Interesting characters are introduced along the way, and activities are not the same ‘ol same ‘ol you see in every other life skills curriculum. For instance, in the first module, students create a personal brand. This is current terminology, y’all, but many life skills courses don’t even address it. Voyage explains your brand as “what other people say about you when you are not in the room”, which is a great way to make it applicable at this age. Why not start now building a life of integrity? Which overlaps with my next point:
Voyage is in-depth and meaningful.
This is the thing about Voyage that I am most impressed with. ALL of the information and activities and resources will help your teen in a real way, not just the blah-blah of information imparted but content that could literally change the direction of their lives. The first module is especially applicable in this regard, but all of them provide substantial and worthwhile knowledge at a time when your teen is making long-term decisions and setting their course for moving forward.
There is access to several different pertinent resources throughout the course, such as an interest profiler that will recommend jobs based on your teen’s answers to 60 questions. There is full information about each job, including how much preparation it would involve and what the employment outlook and salary range would be.
Activities throughout the course are super practical, from filling out a W-4 to researching travel costs to inventorying your communication skills (that one was an eye-opener for me! Ack!). All of the information given throughout the course is the type that you want your teen to know but that they might not necessarily take from you, LOL.
Voyage is all about encouraging your teen to take personal responsibility for their life and the individual duties therein.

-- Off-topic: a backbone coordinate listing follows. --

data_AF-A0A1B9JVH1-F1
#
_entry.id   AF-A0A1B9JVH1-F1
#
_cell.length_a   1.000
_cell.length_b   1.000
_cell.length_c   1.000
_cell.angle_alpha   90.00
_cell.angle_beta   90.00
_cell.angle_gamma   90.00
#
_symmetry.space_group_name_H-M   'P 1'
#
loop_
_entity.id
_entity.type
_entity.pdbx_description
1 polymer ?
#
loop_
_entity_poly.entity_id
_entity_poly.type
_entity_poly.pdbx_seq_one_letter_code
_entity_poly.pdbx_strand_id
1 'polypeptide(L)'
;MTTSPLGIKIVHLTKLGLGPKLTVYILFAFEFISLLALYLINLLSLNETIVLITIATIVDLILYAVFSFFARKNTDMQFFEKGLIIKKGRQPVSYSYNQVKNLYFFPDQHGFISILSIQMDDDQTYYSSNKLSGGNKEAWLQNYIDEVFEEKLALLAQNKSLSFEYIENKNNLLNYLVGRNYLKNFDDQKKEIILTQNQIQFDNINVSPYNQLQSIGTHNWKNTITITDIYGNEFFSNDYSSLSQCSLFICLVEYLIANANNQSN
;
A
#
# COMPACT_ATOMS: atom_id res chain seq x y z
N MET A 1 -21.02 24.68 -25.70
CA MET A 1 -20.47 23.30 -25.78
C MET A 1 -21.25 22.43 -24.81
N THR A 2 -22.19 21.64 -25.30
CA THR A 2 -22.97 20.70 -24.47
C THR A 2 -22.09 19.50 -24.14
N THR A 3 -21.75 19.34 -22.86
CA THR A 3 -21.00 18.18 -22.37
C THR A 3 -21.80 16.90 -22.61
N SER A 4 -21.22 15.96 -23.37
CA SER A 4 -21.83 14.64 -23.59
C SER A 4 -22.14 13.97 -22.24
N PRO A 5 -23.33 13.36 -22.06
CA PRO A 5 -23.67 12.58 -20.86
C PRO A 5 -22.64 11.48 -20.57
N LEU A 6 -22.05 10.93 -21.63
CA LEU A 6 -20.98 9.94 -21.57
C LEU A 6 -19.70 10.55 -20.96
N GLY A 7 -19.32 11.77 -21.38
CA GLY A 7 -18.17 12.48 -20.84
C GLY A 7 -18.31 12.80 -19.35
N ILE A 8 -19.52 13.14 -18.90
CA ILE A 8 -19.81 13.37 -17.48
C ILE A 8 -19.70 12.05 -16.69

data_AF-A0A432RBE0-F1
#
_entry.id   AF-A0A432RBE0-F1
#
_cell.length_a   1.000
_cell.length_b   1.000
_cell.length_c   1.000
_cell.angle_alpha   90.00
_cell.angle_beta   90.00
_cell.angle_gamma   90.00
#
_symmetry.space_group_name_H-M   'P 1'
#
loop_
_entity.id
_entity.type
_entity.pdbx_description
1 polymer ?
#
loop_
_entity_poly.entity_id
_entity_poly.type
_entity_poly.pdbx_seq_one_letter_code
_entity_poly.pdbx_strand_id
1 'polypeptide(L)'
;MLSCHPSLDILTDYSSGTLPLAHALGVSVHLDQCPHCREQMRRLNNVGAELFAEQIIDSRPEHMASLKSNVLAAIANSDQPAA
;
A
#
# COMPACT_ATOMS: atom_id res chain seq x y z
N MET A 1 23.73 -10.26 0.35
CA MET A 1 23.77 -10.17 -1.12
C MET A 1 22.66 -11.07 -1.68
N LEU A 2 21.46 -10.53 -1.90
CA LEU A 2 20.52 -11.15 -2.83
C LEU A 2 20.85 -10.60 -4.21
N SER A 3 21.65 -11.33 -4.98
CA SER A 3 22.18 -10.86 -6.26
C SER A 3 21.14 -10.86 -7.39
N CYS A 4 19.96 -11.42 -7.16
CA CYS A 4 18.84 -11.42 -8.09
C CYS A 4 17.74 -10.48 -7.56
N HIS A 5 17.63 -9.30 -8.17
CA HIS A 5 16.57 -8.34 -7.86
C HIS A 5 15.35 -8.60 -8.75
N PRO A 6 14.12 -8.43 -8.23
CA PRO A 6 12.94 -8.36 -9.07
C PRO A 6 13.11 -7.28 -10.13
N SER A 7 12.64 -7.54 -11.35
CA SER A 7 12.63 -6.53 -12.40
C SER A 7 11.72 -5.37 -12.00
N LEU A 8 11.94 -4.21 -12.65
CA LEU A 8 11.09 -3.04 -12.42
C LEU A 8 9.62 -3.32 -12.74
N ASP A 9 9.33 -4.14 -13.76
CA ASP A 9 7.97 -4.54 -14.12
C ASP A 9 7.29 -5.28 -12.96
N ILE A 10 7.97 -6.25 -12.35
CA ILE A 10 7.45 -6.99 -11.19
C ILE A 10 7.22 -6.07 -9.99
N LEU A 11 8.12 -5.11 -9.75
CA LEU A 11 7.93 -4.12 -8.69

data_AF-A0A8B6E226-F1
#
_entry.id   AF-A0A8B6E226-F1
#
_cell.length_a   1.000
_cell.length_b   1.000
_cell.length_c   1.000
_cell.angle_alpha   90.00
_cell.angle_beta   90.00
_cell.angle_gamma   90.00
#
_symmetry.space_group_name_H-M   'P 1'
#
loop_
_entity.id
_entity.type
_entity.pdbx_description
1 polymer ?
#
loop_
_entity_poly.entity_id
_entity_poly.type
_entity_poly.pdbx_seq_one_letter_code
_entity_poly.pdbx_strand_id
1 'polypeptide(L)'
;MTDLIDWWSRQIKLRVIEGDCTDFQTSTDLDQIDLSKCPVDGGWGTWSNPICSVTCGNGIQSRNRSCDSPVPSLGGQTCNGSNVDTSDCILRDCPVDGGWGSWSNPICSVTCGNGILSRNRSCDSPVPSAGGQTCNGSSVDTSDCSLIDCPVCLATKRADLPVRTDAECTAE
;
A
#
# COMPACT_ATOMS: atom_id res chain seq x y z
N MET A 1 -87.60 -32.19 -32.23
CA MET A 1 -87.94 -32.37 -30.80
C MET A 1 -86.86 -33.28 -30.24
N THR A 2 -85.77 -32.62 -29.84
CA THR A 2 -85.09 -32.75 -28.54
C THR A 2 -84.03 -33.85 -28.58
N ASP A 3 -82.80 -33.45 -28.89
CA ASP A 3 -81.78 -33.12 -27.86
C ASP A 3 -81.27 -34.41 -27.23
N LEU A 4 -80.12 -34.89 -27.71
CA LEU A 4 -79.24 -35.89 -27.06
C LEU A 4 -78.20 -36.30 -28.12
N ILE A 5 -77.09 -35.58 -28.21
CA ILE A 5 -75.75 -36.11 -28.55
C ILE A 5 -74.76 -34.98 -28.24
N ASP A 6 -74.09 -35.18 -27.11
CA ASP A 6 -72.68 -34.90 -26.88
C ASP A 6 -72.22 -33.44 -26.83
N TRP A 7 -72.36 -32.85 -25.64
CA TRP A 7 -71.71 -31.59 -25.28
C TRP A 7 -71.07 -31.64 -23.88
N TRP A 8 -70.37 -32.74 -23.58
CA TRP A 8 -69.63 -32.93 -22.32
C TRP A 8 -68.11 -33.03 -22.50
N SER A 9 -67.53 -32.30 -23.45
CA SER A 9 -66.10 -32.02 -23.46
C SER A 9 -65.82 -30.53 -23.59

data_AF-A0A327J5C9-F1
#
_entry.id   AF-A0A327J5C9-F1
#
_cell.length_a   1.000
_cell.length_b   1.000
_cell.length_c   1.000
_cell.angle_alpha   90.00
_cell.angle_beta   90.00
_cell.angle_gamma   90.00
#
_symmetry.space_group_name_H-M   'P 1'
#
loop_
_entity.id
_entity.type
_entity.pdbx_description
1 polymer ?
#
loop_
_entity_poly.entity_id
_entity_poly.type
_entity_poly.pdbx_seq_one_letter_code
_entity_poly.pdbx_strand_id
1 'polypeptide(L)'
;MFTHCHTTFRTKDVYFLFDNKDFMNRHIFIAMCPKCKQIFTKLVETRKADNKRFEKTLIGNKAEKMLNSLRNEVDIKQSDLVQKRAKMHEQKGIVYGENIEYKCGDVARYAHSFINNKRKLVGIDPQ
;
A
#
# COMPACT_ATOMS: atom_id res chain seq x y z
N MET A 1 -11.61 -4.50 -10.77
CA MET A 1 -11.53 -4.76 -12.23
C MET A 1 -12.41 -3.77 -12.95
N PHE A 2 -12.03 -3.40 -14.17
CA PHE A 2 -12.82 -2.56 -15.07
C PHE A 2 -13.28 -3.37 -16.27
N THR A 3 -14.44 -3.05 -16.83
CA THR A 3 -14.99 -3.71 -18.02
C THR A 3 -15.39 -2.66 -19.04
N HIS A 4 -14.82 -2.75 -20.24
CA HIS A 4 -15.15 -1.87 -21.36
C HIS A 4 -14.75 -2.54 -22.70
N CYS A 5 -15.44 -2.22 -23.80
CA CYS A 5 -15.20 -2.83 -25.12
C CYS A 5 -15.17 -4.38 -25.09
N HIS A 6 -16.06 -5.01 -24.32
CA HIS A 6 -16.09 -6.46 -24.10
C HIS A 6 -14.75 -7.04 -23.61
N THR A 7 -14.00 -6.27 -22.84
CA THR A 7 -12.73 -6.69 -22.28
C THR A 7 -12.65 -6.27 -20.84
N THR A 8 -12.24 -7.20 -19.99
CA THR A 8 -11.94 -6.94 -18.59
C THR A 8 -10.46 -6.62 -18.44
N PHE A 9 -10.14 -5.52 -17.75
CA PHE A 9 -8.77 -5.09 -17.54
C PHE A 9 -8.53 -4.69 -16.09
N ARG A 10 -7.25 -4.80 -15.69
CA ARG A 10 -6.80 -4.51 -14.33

Isn’t this what we want a life skills curriculum to do? Be honest!
Voyage has built-in evaluation.
There is a final exam for each module of the course. It’s not difficult but will show how seriously your teen embraced the learning process as they worked through the course. Also, you can always evaluate each activity your teen completes — they can be printed out or uploaded as needed.
Voyage is designed to be a semester-long course.
This would make it worth .5 credit as an elective. I anticipate some kids would work through this much more quickly than 60 hours, while others might utilize that full amount of time. But since the creator says it is a semester course, you can count it for that .5 credit regardless of how long your teen takes.
Some modules will take longer than others; do keep an eye on whether your teen is being thorough or just breezing through. This would be the case for any life skills curriculum, but Voyage provides reports so you can check the competency of your teen as well as the time they’ve spent in each module (or on each section or activity) and more.
I think a year on life skills such as these might be too much to expect; a semester is just right to give it importance without creating stagnation for your teen. And they can use what they learn in this course for perhaps a follow-up course based on completing the research for careers or colleges — the possibilities for how to use their knowledge after this one are endless.
Will Voyage teach your teen to cook? No, but it will show them how to create a balanced meal! Since my 22yo now comes home most of the time with a McDonalds bag in his hand, I’m feeling I might have missed that somewhere along the way!
Take a look at the Voyage life skills curriculum for teens TODAY. You can do so here: VoyageCourse.com.
You can find them on Facebook here: Thrive Academics.